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March 18, 2009 > Masonic Homes' Flatlands Project sparks debate

Masonic Homes' Flatlands Project sparks debate

A third open house meeting is scheduled for 5.30 p.m. - 7.30 p.m. on Thursday, April 30, 2009, at Union City Sports Center.

By Simon Wong

Over 100 Union City residents attended public meetings in mid-February to learn more about a proposed Masonic Homes Flatlands Project. Amenities are intended for the general population, not specifically for Masons and the prevailing tenor of discussion suggest widespread support. A minority of speakers oppose any development or favor only partial development pointing to loss of habitat for flora and fauna, despoliation of hillside views and proximity of the new development to existing homes and property.

All parties to any potential development agree that the hillside is an area of natural beauty and a community asset. Although there is no legal requirement to produce an Environmental Impact Report (EIR), Masonic Homes will do so voluntarily. The possibility of additional development on the hillside was dismissed by development representatives. "Anyone who thinks that this project will lead to later development of the Hillside is mistaken. The Hayward Fault is a limiting factor. We cannot build on it," said Gerry Tierney of Perkins + Will, a commercial architect and design firm representing the Masonic Home.

The proposed flatlands development consists of three parcels: "A" - 29.5 acres; "B" - 2.5 acres and 12 acres; and "C" - 20 acres. Following community input, conceptual plans were revised, most notably land use. A proposal to construct "soft storey" single-family homes on Parcel A was poorly received. Such buildings consist of a house supported only on three sides by a ground-floor garage. Typical of San Francisco neighborhoods, this type of construction is not expected to withstand the next big earthquake. Residential development will incorporate streets, perpendicular to Mission Blvd, to preserve linear views of the Hillside. To be economically feasible, 25 units per acre is the minimum density for Parcel A.

Land earmarked for a community center on Parcel B has increased from 1.5 acres to 2.5 acres. The question of whether this parcel should be limited to uses that benefit the entire community or can be limited in scope to a specific group has been raised. Suggestions for a community facility range from an Asian temple to a petting zoo; a BMX park, botanical garden or a center for disabled children and seniors. Retail development including green commons and parking will be shielded from Mission Blvd to avoid the impression of strip malls and remove asphalt from views.

City Council and Planning Commission comments favor development. Mayor Green has commented that his preference is to include a city amenity such as a city-owned aquatic center for all age groups, a signalized intersection at Daggett-Mission to serve the entrance to the Masonic Homes campus and to stair-step some residential properties. Native California species should be used for landscaping. Planning Commissioners wish to blend the aesthetics of any new development with the Masonic Homes' nineteenth century faŤade. They have requested a financial analysis. The East Bay Regional Park District, custodian of nearby Meyers Estate does not favor high density development.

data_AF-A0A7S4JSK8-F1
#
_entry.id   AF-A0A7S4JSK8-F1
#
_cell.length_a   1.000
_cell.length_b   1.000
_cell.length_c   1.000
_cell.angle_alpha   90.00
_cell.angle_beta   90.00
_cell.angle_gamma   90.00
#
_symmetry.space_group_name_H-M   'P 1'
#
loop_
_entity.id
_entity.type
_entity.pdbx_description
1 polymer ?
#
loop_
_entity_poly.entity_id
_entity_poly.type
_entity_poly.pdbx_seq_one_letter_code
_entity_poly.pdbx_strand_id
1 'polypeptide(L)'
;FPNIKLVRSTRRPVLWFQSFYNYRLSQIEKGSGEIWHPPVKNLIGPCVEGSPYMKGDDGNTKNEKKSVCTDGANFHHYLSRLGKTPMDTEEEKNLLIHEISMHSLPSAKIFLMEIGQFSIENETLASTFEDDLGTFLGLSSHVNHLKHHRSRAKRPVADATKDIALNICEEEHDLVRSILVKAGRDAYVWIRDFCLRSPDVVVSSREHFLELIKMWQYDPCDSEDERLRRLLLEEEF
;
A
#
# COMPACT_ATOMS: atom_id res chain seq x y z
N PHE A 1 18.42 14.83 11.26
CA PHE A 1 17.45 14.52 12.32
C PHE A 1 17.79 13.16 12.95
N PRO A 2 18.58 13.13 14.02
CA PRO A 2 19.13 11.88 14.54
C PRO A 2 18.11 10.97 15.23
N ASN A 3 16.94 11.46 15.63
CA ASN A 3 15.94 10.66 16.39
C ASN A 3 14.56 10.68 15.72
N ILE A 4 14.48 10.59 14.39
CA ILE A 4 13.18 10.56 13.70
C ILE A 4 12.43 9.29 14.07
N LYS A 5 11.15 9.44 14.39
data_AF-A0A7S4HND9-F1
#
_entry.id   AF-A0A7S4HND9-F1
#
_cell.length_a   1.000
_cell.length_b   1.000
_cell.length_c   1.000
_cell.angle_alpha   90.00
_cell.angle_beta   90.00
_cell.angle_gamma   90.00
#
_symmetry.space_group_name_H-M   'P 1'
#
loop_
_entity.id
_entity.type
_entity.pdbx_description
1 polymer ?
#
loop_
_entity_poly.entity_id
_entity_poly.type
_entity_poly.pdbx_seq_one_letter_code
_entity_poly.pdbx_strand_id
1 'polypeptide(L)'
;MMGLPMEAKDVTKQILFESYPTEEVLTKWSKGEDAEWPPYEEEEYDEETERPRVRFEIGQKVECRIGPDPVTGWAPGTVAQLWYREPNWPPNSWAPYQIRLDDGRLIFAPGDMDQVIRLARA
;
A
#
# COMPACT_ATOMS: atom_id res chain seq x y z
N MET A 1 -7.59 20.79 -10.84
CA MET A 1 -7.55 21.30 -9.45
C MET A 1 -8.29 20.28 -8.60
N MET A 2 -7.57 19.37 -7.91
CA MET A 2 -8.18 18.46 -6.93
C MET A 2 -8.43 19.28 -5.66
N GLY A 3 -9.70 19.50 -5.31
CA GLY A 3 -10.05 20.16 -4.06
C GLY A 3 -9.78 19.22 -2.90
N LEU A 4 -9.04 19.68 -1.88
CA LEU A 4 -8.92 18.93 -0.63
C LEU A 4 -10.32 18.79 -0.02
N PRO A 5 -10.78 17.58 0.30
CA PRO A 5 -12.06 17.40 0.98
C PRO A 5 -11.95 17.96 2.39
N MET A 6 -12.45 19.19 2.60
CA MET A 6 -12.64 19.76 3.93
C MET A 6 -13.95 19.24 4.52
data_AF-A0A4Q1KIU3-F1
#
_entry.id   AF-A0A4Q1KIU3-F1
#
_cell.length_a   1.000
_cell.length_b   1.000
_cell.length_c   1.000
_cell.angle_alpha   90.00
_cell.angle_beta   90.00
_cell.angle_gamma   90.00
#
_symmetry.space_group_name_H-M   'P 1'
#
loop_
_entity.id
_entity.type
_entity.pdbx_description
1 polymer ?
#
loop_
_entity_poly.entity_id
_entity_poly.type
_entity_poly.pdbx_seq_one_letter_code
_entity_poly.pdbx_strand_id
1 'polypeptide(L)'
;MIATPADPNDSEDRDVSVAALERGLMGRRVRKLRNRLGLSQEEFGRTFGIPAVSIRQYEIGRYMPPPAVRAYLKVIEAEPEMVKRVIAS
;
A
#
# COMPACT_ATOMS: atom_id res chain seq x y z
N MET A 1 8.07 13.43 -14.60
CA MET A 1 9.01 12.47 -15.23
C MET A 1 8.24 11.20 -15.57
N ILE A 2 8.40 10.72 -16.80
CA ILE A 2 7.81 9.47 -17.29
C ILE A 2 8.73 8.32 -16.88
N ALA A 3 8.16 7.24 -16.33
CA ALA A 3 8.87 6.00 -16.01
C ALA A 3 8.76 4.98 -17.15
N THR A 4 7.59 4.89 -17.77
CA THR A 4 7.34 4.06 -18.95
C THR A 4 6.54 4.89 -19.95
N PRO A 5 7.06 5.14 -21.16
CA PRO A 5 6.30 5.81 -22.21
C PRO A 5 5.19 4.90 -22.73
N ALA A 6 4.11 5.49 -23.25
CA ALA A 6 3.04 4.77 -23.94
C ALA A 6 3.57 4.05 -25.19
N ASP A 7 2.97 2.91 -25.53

In opposition, some residents are either against any development or want to limit it to a community facility.

"I feel this development totally disrespects what the voters told Staff and Council [when Measure II passed in Nov 1996]. We have a Station District that is under-utilized and needs retail space to revitalize our downtown area. So, this is misguided. It is making it like Hayward, like everywhere else in the Bay Area. We want to do something unique. A vineyard, event center or aquatic center is fine. Anything other than housing or a retail center. It's also on the Hayward Fault. I'd like to know what the Fire Chief thinks will happen when a 6.9 earthquake strikes," said Elizabeth Ames, a former planning commissioner who participated in the drafting of Measure II.

Measure II prevents changes to the General Plan's Hillside Area Plan, which protects the Hillside from environmentally-destructive development, without a public debate and majority vote of Union City residents. Importantly, rather then prevent development, it permits change with voter approval. The exact form of the November 2010 ballot measure has yet to be decided.

"The Masons talk about 'financing future philanthropic endeavors.' We have heard repeatedly of the need for residential development in Union City. We did that but the Council still asked for money for the 911 emergency response system, police and fire. This Council has more funds than when I was a Councilman. Union Landing is fully developed. Pacific States Steel cost us money. How will the flatlands proposal provide everything that is needed?" queried Bob Garfinkle who served as a Councillor from 1989 to 1997 and successfully chaired the Measure II campaign.

"Has thought been given to horse trailers passing through the retail center between the Hillside stables and Mission Blvd? Houses will be subject to glare from commercial center lighting. Traffic from Decoto Road must cross Mission. Soft storey buildings are structurally unsound. The whole Project needs to be considered carefully.

"The Project is something about which to be really concerned. The best thing is to leave everything as it is," concluded Garfinkle.

A third open house meeting is scheduled for 5.30-7.30pm on Thursday, April 30, 2009, at Union City Sports Center.

For more information, visit www.unioncity.org/commdev/general_plan.htm and www.masonichome.org. Union City's Hillside Area Plan can be viewed at http://tinyurl.com/ambnmc.

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